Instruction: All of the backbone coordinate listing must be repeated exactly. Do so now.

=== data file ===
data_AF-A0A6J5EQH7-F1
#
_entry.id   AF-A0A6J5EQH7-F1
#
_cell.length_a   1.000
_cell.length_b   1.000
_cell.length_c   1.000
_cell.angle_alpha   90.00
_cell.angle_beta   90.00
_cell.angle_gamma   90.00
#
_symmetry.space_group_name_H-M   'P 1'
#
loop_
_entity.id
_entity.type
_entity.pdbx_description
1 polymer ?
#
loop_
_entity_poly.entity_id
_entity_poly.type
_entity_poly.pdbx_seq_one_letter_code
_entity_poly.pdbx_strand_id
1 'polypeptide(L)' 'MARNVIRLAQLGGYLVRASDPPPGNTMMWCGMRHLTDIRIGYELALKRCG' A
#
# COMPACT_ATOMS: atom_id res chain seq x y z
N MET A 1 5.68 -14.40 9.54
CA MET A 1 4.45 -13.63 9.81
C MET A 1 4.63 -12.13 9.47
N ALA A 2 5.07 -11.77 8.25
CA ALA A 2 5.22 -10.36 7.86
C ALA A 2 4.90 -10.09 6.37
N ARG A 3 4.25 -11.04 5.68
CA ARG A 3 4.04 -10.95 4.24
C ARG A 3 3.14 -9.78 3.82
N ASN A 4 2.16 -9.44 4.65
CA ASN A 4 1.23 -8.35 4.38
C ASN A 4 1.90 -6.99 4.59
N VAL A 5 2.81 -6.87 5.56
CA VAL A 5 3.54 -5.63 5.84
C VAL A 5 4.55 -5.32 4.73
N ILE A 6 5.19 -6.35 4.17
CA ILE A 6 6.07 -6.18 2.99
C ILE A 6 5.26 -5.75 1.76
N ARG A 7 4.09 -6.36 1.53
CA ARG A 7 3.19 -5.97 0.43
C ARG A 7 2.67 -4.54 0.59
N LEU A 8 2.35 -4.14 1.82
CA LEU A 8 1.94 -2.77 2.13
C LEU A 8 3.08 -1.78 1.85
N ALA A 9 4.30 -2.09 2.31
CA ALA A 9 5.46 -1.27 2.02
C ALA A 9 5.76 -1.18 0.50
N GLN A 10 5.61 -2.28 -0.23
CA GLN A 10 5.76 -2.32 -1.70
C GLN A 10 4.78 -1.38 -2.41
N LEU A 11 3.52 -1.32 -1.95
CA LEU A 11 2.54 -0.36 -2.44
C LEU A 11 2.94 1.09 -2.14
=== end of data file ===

data_AF-A0A6J5EQH7-F1
#
_entry.id   AF-A0A6J5EQH7-F1
#
_cell.length_a   1.000
_cell.length_b   1.000
_cell.length_c   1.000
_cell.angle_alpha   90.00
_cell.angle_beta   90.00
_cell.angle_gamma   90.00
#
_symmetry.space_group_name_H-M   'P 1'
#
loop_
_entity.id
_entity.type
_entity.pdbx_description
1 polymer ?
#
loop_
_entity_poly.entity_id
_entity_poly.type
_entity_poly.pdbx_seq_one_letter_code
_entity_poly.pdbx_strand_id
1 'polypeptide(L)' 'MARNVIRLAQLGGYLVRASDPPPGNTMMWCGMRHLTDIRIGYELALKRCG' A
#
# COMPACT_ATOMS: atom_id res chain seq x y z
N MET A 1 5.68 -14.40 9.54
CA MET A 1 4.45 -13.63 9.81
C MET A 1 4.63 -12.13 9.47
N ALA A 2 5.07 -11.77 8.25
CA ALA A 2 5.22 -10.36 7.86
C ALA A 2 4.90 -10.09 6.37
N ARG A 3 4.25 -11.04 5.68
CA ARG A 3 4.04 -10.95 4.24
C ARG A 3 3.14 -9.78 3.82
N ASN A 4 2.16 -9.44 4.65
CA ASN A 4 1.23 -8.35 4.38
C ASN A 4 1.90 -6.99 4.59
N VAL A 5 2.81 -6.87 5.56
CA VAL A 5 3.54 -5.63 5.84
C VAL A 5 4.55 -5.32 4.73
N ILE A 6 5.19 -6.35 4.17
CA ILE A 6 6.07 -6.18 2.99
C ILE A 6 5.26 -5.75 1.76
N ARG A 7 4.09 -6.36 1.53
CA ARG A 7 3.19 -5.97 0.43
C ARG A 7 2.67 -4.54 0.59
N LEU A 8 2.35 -4.14 1.82
CA LEU A 8 1.94 -2.77 2.13
C LEU A 8 3.08 -1.78 1.85
N ALA A 9 4.30 -2.09 2.31
CA ALA A 9 5.46 -1.27 2.02
C ALA A 9 5.76 -1.18 0.50
N GLN A 10 5.61 -2.28 -0.23
CA GLN A 10 5.76 -2.32 -1.70
C GLN A 10 4.78 -1.38 -2.41
N LEU A 11 3.52 -1.32 -1.95
CA LEU A 11 2.54 -0.36 -2.44
C LEU A 11 2.94 1.09 -2.14